These are patchwork systems, however, relying on incomplete and imperfect information. Something has to change, and the STIR and SHAKEN standards appear to be the path forward.
SHAKEN to its core
When a web browser makes a secure connection to a server, it relies on infrastructure that lets the browser confirm that the server has the right to operate at a given domain name. No such validation currently happens with Caller ID, and that’s what the new anti-spoofing effort is all about.
As with people who operate web servers, telcos will apply to a central authority—likely one or more picked by the STI-GA—to get a digital certificate that uniquely identifies them. For every call a carrier originates, it will pair the phone number attached to the call with a cryptographically signed message confirming that number is originating from only the carrier possessing a certificate to generate it.
Other parties that handle that call on its way to its termination with the person called will be able to use public-key cryptography to validate that the number attached matches the one set when the call started and was signed.
The standards involved have ponderous names: STIR (Secure Telephony Identity Revisited) began in the Internet Engineering Task Force (IETF), a central standards body responsible for many of the pieces that make the internet tick. SHAKEN—which ridiculously stands for Signature-based Handling of Asserted Information Using toKENs—is an extension of STIR that’s broader based and designed as a framework that phone companies can implement.
Email relies on millions of mail servers interacting daily with no central authority, making enforcing validation nearly impossible. The public phone network, by contrast, has a handful of major companies—like AT&T, Verizon, and Comcast—that dominate the lines that receive calls. The system is also heavily regulated, and every party that attaches has some sort of commercial relationship with at least one other party.
Some issues remain to be sorted out for the industry, such as picking central authorities, something the STI-GA expects will fall inside its governance purview. Right now, major telcos starting rollouts have to use “self-signed” certificates, or ones that they vouch for themselves without the authority of an independent third party. T-Mobile’s early deployment has it signing its own calls and displaying a “Caller Verified” message on the Galaxy Note 9.
However, there’s a clear path forward for telcos to add STIR/SHAKEN validation. In responses to the FCC’s demand in November, all the major companies offering wireless, landline, and VoIP services expressed support for the new standards, though some did so more strongly than others.
The big players aren’t the problem. Without an FCC mandate for VoIP providers to adopt STIR/SHAKEN, it’s uncertain what the path forward will be. And even if they do, how will the industry make sure that carriers that provide service to fraudsters won’t just let them use illegitimate numbers and sign off on them with the new technology?
SHAKEN’s framework allows for three tiers of “attestation,” or the kind of validity that a Caller ID signer is offering. Verizon’s Oatway says the first tier is “I gave this phone number to the caller, so I know it,” which is appropriate for one-to-one consumer and business service.
A second tier lets a carrier identify its customer, as with corporate PBX-style systems with pooled lines. The lowest tier happens at a gateway level, and says that a call passed across a given pathway, but “I don’t know much about it” and it’s missing any STIR/SHAKEN tokens, says Oatway.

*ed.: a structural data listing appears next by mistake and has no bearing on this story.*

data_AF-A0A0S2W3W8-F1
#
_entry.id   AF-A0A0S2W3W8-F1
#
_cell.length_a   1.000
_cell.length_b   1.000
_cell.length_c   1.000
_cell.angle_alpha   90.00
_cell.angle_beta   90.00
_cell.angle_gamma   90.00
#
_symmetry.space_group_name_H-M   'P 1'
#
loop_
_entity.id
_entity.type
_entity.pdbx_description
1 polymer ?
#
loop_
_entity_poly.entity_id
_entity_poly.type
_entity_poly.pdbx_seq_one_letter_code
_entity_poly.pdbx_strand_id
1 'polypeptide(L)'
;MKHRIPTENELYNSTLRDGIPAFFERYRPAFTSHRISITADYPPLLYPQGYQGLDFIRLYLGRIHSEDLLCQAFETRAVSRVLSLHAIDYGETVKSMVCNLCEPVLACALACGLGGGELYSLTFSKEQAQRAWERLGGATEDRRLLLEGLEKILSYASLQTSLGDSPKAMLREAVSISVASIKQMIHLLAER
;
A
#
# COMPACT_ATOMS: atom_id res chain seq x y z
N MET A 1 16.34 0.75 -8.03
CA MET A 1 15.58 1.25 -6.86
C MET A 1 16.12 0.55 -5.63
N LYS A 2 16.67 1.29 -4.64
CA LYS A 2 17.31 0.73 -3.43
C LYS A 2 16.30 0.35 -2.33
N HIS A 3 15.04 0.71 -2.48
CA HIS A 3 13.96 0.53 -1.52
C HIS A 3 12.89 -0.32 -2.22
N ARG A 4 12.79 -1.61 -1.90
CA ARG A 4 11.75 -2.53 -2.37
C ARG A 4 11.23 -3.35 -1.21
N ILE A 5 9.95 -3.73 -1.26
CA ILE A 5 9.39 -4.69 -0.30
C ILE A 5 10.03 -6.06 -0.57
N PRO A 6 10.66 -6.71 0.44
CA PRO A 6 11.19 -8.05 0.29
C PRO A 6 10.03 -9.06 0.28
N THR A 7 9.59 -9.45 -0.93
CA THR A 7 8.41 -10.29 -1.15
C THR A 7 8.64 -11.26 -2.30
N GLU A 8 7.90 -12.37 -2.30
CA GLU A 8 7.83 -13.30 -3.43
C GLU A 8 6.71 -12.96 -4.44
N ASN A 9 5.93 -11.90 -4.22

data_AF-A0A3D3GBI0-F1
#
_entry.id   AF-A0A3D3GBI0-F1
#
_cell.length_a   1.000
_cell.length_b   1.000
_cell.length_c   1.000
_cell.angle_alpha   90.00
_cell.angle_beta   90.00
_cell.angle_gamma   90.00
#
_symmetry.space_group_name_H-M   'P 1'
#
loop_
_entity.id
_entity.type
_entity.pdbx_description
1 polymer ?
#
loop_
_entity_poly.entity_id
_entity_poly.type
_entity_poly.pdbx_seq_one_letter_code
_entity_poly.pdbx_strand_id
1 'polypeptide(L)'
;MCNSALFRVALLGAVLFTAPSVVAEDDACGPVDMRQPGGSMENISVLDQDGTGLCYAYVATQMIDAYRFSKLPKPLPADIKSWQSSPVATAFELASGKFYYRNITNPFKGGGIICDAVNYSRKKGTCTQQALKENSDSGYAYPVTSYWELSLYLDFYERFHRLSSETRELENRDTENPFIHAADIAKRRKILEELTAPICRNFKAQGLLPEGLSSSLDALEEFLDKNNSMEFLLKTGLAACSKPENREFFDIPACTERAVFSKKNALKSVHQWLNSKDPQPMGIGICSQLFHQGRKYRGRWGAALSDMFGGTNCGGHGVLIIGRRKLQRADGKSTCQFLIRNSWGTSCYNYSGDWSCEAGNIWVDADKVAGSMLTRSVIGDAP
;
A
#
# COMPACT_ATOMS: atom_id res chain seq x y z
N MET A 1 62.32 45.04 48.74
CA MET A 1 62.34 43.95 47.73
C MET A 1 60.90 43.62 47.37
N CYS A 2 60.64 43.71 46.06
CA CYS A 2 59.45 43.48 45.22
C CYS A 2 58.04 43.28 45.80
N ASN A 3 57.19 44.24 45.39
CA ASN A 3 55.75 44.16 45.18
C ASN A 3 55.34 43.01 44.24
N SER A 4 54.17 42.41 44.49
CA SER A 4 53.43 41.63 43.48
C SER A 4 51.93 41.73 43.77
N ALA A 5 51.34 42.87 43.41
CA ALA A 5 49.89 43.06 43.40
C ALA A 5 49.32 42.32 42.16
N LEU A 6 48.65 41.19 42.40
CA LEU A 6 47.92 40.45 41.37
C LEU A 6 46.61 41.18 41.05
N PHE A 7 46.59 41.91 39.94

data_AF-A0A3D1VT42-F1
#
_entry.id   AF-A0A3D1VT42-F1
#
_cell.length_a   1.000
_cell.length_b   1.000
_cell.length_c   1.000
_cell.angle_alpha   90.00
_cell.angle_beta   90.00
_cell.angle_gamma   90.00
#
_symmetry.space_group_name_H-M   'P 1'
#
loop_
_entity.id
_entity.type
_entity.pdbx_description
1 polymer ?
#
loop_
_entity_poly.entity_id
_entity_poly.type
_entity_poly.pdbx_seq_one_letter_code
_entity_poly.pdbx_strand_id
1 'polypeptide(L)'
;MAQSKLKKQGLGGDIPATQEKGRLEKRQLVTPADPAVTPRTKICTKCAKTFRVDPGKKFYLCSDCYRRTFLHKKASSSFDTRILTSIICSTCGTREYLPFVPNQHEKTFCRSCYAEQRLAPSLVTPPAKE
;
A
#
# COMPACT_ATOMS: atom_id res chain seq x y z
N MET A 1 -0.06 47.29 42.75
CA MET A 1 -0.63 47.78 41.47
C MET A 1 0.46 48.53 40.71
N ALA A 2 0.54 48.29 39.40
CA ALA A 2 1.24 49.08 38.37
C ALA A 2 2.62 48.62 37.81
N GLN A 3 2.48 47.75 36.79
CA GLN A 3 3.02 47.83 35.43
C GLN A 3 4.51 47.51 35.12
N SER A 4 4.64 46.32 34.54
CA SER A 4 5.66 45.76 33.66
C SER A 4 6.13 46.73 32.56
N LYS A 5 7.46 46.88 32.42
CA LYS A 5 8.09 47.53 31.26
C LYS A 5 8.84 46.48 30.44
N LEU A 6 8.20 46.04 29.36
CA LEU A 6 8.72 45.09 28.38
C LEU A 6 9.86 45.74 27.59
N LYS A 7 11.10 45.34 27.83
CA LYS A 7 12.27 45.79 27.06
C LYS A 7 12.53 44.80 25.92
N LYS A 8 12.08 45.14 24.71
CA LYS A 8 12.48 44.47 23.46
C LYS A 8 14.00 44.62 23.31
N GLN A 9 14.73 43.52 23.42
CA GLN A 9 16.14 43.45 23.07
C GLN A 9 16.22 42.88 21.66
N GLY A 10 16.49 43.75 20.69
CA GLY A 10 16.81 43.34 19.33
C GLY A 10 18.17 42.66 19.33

The framework makes sense, but there’s no current policy from the FCC or agreement within the industry as to what to do with the information it provides, including with smartphone operating-system makers and handset manufacturers.
For example, if a Caller ID number is validated, does the carrier pass along a message that causes an iPhone to show a big green checkmark, or will it just be modified Caller ID text, as both third-party and carrier-driven apps offer today? If there’s no SHAKEN attestation attached, should the carrier block the number, warn that it might be dicey, or give its customers an option in a call-management app to block such numbers?
If 100,000 calls come through a single VoIP provider in one minute, all of which have signed but illegitimate numbers, should that carrier’s signing certificate be revoked? “Who is in charge of revoking that carrier’s certificate if that’s the way to go?,” Oatway asks.
James F. Williams, Verizon’s director of network infrastructure planning, notes that “under current FCC rules, associating an attestation from a particular certificate holder with suspicious robocall traffic is not sufficient to block that traffic outright,” although customers can opt in individually to such blocking. This stance doesn’t mean that automatically blocking such calls would be illegal—but carriers might choose to err on the side of caution. (The FCC didn’t respond to a request for comment from Fast Company.)
These questions of both presentation and behind-the-scenes filtering are crucial, and yet they remain unanswered. The opt-in call management features carriers already offer could be expanded to sweep in STIR/SHAKEN signals. Oatway said STIR/SHAKEN could be very helpful, “but it also has the potential to be a tool that if not used by the industry in the right way, may fall flat.”
The tail isn’t shaking the dog here. As STIR/SHAKEN starts to take hold and carriers begin to pass along validation messages, patterns will emerge as a split between billions of verified calls and billions of mystery calls. In cases where a number is used illegitimately, the new technologies should help determine which carrier enabled the spoofing: “It’s safe to say that one of the early uses of STIR/SHAKEN can be effective and have rapid traceback,” says Oatway.
Fraud robocalls aren’t going to vanish in one fell swoop. But the phone system has fewer points of entry and fewer paths to monitor than the wide-open spaces of the internet. Knowing that incoming Caller ID correctly identifies the caller, or that a malicious party can be more easily identified, could finally cut off the dial tone for scammers.